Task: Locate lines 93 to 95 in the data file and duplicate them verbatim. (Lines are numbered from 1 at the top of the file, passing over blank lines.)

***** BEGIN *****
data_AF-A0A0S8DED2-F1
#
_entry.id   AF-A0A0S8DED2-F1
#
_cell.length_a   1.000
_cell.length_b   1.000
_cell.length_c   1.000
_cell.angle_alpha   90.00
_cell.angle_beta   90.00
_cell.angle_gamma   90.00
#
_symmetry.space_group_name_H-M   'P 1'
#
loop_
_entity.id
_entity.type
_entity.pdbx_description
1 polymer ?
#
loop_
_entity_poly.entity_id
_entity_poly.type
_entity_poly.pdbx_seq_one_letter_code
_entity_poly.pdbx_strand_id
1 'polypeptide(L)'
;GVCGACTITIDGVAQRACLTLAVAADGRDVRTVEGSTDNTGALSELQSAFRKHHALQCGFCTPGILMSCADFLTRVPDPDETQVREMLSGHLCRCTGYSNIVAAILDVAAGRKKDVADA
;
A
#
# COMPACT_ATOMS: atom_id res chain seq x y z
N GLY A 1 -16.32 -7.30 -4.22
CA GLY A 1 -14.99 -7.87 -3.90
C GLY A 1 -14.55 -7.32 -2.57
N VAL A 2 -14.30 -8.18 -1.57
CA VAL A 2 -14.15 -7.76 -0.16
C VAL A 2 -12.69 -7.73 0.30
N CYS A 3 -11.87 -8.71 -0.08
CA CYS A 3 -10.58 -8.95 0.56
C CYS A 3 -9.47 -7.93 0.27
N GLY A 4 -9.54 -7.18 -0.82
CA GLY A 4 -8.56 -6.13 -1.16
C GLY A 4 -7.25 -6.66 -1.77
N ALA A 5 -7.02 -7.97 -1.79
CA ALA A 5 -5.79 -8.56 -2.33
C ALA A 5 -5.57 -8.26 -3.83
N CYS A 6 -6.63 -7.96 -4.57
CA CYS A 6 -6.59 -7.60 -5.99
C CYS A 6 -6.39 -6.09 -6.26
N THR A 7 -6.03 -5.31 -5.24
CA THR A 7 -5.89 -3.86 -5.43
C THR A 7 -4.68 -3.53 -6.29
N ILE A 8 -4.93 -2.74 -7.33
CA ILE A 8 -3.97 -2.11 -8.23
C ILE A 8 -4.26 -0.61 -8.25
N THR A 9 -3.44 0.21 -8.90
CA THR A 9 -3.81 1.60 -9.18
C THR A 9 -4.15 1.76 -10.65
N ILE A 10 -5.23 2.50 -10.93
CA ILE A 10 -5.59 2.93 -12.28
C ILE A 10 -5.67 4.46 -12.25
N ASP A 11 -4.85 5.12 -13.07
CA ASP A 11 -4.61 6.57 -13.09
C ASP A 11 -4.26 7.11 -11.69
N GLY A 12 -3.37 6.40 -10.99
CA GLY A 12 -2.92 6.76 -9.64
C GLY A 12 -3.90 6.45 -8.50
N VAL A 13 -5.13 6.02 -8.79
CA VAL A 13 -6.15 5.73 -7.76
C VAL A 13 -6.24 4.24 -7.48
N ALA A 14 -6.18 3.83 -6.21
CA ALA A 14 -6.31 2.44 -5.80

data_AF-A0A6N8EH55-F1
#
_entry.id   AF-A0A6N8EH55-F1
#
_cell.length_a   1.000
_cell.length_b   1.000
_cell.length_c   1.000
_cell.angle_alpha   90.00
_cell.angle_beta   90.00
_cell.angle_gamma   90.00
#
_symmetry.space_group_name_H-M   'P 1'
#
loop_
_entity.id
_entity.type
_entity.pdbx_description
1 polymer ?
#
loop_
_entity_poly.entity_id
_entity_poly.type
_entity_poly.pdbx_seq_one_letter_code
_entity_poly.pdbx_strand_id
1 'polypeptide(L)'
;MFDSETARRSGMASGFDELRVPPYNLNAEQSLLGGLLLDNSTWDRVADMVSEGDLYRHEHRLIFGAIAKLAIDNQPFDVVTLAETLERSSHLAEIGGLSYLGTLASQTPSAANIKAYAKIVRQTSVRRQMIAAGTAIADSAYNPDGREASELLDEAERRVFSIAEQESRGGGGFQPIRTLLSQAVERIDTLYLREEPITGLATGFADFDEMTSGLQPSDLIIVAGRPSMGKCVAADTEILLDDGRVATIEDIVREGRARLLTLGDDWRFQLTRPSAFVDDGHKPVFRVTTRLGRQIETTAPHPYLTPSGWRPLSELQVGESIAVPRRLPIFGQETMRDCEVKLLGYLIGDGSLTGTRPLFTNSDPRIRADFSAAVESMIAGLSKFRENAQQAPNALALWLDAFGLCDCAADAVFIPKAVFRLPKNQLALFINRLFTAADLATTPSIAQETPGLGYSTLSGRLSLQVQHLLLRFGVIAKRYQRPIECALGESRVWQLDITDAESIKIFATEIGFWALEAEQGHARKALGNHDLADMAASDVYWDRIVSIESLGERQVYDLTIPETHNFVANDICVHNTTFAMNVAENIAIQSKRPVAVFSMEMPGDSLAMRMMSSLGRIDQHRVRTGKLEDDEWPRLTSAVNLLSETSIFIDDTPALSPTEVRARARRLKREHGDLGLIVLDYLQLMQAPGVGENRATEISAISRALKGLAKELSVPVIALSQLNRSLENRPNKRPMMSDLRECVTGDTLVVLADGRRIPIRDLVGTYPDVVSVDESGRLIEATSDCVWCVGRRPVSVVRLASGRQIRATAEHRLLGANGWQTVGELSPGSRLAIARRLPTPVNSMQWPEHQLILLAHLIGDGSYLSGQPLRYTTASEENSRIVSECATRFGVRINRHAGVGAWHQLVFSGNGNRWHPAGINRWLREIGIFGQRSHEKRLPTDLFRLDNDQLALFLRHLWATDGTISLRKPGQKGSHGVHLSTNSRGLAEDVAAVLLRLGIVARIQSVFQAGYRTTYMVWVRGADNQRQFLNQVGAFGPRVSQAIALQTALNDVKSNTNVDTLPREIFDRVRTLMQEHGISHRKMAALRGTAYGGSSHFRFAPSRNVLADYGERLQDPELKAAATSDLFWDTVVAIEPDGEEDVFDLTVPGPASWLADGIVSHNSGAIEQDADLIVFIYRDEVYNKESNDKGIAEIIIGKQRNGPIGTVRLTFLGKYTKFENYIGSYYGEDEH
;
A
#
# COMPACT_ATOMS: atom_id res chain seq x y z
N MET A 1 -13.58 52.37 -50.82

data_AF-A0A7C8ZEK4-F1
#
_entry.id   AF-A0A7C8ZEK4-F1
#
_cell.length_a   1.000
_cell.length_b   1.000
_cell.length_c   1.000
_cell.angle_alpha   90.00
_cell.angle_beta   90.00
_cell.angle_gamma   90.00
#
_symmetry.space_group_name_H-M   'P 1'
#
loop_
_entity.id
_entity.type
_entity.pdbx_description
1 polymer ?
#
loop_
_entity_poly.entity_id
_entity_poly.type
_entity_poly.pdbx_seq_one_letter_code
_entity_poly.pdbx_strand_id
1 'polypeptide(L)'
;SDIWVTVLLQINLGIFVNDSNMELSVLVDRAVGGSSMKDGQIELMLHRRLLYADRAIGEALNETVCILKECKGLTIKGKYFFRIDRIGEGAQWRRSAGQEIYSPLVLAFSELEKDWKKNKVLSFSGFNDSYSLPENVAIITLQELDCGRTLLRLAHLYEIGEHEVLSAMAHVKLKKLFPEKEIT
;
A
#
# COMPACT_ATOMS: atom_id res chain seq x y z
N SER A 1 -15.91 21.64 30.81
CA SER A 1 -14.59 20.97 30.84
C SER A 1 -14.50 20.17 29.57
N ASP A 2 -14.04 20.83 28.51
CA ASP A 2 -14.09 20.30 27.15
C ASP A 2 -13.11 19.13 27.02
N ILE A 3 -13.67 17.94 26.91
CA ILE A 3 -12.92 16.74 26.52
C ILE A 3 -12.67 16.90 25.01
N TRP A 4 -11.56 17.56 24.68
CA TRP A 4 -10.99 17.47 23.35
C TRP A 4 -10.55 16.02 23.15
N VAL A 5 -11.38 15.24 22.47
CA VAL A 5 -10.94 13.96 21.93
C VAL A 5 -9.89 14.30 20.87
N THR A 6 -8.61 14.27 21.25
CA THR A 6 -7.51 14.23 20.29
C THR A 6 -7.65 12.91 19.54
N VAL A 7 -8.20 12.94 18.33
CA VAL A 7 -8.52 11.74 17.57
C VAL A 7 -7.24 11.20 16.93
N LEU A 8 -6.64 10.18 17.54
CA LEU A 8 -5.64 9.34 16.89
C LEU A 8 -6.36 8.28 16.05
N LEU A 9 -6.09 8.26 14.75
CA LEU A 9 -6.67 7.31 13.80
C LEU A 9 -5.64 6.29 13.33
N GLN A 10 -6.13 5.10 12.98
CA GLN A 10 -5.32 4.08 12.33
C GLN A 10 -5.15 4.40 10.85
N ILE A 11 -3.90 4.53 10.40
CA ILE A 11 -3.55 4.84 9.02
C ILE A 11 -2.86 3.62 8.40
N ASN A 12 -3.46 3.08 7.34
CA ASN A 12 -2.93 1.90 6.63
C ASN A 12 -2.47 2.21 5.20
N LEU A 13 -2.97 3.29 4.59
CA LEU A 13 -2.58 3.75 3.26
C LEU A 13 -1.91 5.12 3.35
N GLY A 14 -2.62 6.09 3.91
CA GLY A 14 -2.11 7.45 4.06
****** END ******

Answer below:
_entity_poly.type
_entity_poly.pdbx_seq_one_letter_code
_entity_poly.pdbx_strand_id